The photo is none too clear, but with a little imagination you might see some brine shrimp toward the lower part of the tank, and some very small fry in the fuzzy-looking area at the top.

April 2008

Modern Aquarium - Greater City A.S (NY)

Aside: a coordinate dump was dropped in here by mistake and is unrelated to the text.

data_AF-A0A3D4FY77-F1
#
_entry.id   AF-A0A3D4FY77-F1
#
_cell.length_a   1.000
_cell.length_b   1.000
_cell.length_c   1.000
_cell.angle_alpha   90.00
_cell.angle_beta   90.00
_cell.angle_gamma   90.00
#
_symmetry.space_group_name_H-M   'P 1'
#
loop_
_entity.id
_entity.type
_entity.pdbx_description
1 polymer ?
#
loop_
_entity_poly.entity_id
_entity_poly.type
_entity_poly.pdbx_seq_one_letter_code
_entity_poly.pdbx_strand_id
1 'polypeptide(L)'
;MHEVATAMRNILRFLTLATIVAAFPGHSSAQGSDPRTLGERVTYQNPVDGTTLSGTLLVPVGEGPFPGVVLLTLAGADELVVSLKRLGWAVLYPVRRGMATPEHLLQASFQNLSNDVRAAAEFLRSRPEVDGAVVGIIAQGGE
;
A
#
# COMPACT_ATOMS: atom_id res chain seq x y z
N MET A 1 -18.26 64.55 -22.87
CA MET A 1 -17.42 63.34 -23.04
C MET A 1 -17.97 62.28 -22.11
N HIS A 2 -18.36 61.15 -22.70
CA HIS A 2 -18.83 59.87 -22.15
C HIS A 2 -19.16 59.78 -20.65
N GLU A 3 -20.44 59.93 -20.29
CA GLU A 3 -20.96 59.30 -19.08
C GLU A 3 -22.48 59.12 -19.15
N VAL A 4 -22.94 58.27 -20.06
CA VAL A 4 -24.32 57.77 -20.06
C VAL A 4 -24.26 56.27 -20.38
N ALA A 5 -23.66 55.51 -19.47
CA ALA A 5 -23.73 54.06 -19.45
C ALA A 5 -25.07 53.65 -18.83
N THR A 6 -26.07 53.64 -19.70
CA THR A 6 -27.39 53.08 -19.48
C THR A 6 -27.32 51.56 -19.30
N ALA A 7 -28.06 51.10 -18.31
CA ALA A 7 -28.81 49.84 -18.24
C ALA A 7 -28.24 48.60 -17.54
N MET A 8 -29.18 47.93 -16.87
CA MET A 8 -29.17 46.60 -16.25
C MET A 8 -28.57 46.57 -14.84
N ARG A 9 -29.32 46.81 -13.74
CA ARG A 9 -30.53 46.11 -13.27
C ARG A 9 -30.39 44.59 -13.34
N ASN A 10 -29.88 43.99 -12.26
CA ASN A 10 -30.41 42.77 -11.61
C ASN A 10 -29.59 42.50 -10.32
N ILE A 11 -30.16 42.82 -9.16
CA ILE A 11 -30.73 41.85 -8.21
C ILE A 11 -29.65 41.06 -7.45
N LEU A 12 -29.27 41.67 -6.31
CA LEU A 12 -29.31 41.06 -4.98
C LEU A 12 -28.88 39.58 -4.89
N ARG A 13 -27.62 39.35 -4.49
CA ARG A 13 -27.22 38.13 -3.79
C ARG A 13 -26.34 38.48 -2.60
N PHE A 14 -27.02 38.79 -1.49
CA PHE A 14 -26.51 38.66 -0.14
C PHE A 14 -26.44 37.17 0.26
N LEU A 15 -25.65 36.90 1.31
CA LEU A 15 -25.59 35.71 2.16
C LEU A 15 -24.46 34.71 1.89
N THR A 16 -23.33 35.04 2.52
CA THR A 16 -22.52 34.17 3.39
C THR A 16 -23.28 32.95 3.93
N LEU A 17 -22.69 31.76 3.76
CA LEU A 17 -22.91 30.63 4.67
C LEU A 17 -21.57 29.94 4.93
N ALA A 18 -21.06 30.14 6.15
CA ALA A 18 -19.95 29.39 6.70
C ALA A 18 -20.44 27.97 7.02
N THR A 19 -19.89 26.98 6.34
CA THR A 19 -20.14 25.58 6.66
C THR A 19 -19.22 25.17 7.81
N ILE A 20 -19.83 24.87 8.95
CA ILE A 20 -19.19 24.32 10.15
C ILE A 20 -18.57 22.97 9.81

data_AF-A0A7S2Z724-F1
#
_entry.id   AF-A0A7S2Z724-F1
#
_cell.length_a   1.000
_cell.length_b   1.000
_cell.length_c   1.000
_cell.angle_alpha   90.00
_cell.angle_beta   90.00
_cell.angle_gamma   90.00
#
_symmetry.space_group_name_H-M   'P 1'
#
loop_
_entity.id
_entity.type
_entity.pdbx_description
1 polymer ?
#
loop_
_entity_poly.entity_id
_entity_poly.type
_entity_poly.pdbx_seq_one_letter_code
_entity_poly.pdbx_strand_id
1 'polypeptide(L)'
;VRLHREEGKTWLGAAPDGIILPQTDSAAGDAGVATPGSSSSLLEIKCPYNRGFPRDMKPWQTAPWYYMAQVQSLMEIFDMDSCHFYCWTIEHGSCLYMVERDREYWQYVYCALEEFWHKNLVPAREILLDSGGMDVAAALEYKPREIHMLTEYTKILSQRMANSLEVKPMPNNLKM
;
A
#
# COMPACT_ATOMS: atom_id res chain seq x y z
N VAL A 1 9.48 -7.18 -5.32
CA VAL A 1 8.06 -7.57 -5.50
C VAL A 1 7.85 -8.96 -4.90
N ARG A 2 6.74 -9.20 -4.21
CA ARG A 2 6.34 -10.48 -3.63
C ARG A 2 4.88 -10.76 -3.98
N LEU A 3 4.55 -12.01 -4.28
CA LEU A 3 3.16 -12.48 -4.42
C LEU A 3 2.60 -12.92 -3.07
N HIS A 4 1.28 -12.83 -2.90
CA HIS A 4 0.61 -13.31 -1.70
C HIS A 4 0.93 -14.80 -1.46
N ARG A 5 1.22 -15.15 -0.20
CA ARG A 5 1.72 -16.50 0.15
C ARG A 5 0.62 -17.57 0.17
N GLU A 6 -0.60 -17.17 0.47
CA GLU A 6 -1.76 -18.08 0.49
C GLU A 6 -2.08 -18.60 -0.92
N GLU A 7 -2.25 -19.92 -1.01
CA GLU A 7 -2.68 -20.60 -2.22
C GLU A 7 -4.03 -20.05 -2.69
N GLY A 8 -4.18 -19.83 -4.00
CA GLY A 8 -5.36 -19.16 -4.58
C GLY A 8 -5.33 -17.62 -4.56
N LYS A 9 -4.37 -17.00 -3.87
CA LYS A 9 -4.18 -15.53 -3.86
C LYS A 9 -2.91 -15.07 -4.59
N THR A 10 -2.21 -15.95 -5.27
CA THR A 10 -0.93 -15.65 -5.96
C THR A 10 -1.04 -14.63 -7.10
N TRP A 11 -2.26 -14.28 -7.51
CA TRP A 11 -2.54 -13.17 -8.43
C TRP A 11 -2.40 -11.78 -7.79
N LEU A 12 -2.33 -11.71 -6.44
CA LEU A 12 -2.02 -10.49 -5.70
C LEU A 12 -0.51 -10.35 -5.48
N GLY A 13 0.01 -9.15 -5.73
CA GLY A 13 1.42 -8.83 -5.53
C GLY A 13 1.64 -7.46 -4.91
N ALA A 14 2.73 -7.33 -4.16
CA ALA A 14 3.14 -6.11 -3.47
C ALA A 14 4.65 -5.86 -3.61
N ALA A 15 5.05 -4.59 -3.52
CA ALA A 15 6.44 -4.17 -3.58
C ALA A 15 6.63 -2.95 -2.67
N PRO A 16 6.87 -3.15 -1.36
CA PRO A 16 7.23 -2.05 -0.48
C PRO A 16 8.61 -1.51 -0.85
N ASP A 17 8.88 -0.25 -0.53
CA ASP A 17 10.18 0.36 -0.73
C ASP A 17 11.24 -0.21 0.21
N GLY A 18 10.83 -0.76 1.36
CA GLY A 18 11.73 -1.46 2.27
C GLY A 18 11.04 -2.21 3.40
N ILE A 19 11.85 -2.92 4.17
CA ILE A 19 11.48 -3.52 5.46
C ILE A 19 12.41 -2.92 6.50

Even though these tanks have proved so attractive and engaging that commuters miss their rides, and have a fairly low rate offish loss, there are still complaints. O.K., what about you? You keep a tank or two (or more) of fish that live, grow, maybe even reproduce in your tanks. You feed the fish, provide decor in the form of rocks, plants, gravel, A series by "The Undergravel Reporter" etc., and you make sure the water quality is good In spite of popular demand to the by means of filtration and periodic changes. Do contrary, this humor and information you think you have done all that is required? What column continues. As usual, it does about mental stimulation? NOT necessarily represent the Two years ago, Macquarie University opinions of the Editor, or of the biologist Culum Brown established that fish could Greater City Aquarium Society. find their way out of a trap he set for them - and remember how they did it for at least a year / don't know the key to success, but the key to afterwards. They could negotiate a maze by spotting the difference between signs with green failure is trying to please everybody. - Bill Cosby triangles and those with red squares. Brown found that in their natural environment they employ t sometimes seems that, no matter what you do, intelligence to survive. To get away from what even when you are apparently successful in your they thought was a predator, fish in rock pools at the seaside jump from one pool to another. endeavors, it's never quite enough. "They couldn't do that unless they had a This February, two 8-foot tall, 1,600-gallon mental map of where fish tanks were unveiled the different pools in the Staten Island were," he said. Brown Ferry's St. George advised people who Terminal. Each tank keep tropical fish as holds 200 tropical fish pets to set brainteasers and will be maintained to keep them happy. by the Staten Island Zoo. "I move the However, the tanks tank around every so already p r o m p t e d often and introduce complaints from some new rocks and plants ferry riders who missed and logs," he said. "If their ride because they you look at the amount were too busy admiring of activity they engage the fish and didn't hear in afterwards, they are the announcements the far more active. The boat was boarding.1 Photograph of the Staten Island Ferry change can be a bit In addition, fish tanks by AllwaysNY on Flickr stressful for them, but even though only 1% of the 400-some fish have passed away (actually a low afterwards they love it.'' number for such large tanks, especially ones newly established), some New York papers have had articles titled: "Mystery deaths in S.I. ferry fish tanks"2 and "Fish Die, People Don't Care."3